Be afraid, crowd investors: unscrupulous companies will take your money and waste it. You will never see a return on your investment. On Monday, The Memo published an interview with someone they called "crowdfunding's greatest critic."
In a field where major news outlets like Money Week, the Financial Times, the Express and the Guardian run fear-mongering pieces warning people of the folly of dabbling in alternative investments, we were expecting a big name. Would it be Kadhim Shubber, of the Financial Times, perhaps? His pieces are hard-hitting, well researched, and he makes us think.
Or perhaps they'd go for someone like Katherine Denham from City AM, or someone from Forbes, or the Daily Telegraph. But no. To our surprise, they chose a self-employed crowdfunding consultant, who has a blog.
In the words of Private Eye: "Surely some mistake?"
If you read the original article, you'll see the details, and have a chance to click through and read his blog, too. Here are three points from the interview:
- "If you consider the two sides of crowdfunding – investors and companies – then you are looking at a match akin to schoolchildren vs Man United."
- "We should go as far as having a driving test for new directors – it is far too easy to set up a business and go bust, and then rinse and repeat."
- "Many of these are not businesses that require or could even use investment. They make money for the owners and staff and, as we have seen on so many occasions, trying to make them into the next Facebook just blows them up."
The way he describes it, equity crowdfunding is a playing field that is quite severely tilted, in favour of the business owners, and against the investors putting money into them.
So, does this critic knows whereof he speaks? Yes, he does.
When we looked at his blog, we saw a nice big advert saying "Contact Us Here". The mega-critic runs a consultancy, advising business owners how to raise money from - whisper it - equity crowdfunding.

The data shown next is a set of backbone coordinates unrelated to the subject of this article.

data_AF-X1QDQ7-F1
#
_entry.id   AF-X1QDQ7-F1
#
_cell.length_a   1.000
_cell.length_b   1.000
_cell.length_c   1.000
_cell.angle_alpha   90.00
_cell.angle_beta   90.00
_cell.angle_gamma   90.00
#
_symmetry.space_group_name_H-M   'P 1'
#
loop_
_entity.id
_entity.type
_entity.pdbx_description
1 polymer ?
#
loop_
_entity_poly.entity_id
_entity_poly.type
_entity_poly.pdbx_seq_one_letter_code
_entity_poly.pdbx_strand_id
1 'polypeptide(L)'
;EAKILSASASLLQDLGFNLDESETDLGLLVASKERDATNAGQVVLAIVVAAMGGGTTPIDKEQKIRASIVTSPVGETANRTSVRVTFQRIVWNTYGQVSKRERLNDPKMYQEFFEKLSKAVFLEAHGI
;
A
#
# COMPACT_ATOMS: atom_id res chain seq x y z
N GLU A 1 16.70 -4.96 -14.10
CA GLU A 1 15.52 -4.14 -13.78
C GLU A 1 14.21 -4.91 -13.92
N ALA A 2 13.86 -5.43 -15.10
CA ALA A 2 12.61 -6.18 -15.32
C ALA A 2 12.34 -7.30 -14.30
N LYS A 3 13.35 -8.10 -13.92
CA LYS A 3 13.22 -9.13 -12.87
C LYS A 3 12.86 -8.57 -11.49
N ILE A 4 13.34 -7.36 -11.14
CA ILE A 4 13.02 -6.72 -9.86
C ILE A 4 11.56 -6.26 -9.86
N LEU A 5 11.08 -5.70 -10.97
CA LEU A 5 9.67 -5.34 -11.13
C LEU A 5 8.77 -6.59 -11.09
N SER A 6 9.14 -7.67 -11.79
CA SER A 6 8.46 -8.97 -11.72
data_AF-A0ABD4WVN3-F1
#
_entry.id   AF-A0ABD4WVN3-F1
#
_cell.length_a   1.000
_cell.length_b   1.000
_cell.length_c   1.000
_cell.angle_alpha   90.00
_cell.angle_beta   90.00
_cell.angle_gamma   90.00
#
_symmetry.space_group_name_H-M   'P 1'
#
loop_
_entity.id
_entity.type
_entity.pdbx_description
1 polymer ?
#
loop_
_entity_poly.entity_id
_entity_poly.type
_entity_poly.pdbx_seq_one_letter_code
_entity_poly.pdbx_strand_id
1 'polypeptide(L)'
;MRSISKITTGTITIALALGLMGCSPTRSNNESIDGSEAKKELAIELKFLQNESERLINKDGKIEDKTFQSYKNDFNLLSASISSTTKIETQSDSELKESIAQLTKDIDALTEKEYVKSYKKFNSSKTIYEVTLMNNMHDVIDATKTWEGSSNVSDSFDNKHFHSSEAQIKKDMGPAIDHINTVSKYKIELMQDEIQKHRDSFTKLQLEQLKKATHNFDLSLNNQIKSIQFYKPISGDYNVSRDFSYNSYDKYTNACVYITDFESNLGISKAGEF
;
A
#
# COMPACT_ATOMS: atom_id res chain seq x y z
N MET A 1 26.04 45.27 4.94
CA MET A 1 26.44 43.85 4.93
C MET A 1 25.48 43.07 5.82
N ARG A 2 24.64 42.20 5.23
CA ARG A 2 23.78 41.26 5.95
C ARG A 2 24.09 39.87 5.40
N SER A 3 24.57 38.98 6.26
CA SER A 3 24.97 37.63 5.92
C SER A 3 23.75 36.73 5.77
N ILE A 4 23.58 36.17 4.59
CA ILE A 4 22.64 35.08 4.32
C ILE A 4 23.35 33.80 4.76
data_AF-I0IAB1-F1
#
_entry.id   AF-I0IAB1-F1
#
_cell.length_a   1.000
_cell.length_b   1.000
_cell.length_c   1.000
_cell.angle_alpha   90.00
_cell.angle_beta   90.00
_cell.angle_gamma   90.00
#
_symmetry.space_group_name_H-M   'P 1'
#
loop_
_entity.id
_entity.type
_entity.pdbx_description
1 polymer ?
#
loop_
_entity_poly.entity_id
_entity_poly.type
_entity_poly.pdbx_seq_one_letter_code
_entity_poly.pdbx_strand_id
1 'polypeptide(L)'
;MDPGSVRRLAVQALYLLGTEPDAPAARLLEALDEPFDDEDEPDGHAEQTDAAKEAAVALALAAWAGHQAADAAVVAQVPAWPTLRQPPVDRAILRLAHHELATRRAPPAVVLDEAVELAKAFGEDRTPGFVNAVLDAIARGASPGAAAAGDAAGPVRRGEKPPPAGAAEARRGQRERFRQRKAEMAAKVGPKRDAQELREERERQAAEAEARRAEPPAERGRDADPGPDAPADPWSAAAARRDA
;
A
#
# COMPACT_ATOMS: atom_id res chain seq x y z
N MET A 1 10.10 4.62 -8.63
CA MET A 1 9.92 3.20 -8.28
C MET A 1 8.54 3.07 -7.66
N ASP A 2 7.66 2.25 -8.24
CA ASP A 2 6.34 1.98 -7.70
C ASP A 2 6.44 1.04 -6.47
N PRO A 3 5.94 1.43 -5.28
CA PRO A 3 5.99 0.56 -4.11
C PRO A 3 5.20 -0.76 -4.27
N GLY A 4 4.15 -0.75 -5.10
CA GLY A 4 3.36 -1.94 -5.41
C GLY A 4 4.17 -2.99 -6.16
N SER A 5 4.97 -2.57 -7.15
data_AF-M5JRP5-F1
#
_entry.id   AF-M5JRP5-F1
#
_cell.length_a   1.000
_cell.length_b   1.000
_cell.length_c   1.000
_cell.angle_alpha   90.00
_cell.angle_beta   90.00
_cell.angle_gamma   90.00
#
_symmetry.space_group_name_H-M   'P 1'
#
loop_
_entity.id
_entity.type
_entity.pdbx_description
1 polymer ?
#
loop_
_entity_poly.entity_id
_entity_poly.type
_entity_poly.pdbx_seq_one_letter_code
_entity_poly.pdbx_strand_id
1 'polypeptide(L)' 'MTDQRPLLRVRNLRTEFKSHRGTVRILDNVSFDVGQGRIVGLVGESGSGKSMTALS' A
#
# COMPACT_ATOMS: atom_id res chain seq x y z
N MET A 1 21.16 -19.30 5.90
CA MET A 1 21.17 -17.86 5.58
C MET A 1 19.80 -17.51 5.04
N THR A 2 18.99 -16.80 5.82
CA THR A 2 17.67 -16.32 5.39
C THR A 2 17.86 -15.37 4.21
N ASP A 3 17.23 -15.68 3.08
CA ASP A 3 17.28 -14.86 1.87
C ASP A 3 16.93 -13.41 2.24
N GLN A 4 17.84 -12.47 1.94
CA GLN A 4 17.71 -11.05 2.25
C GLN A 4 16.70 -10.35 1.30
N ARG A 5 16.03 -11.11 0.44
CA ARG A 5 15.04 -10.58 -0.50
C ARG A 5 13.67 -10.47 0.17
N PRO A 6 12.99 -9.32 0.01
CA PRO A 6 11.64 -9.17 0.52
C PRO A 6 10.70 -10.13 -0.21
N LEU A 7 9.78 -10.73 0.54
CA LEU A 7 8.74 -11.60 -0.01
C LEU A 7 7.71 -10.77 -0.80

This is his business model. it seems. He proclaims the market is badly skewed, and vulnerable investors are easily exploited (read those three quotes again). He tells you he knows how to help you! Then he delivers a payday for his client, the business owners - 'Manchester United' in his words - and the schoolchildren, by the sounds of things, get to go home in a figurative ambulance.
We were not impressed.
What the UK crowdfunding sector needs today is people who are prepared to look out for the investors. That's not going to be delivered by crowdfunding's scariest pantomime villain. Equity investing in early stage companies is risky. Crowdfunding doesn't make it any less risky, but it does make it more accessible to a more people with smaller sums to invest. We think that's a good thing. But new investors need to learn how it works.
Equity crowdfunding is not a 'get rich quick' scheme. It needs 'patient capital'. And anybody who tells you it's about 'the next Facebook' is talking through their elbow. Avoid people who talk about 'unicorns'. They are mythical. You're better off putting together a portfolio of small companies that have growth prospects, and whose plans make sense to you.
Equity crowdfunding needs investors who can tell a good risk from a bad one. To take our 'greatest critic' up on his suggestion of a driving test, it's all about learning to drive safely and going on journeys to places you want to go to. It's definitely not about applauding gleefully at a series of car crashes.
Entrepreneurs need investors who offer money and share in responsible risk-taking, with a view to seeing the business through to a sustainable profit. We believe that's a skill that many people can learn.
It doesn't require genius, or madness, or anything rare. It just takes average intelligence, thoughtfulness, patience and enough self-awareness to know when there's a risk you feel comfortable saying 'Yes' to, and when you know you need to say 'No'.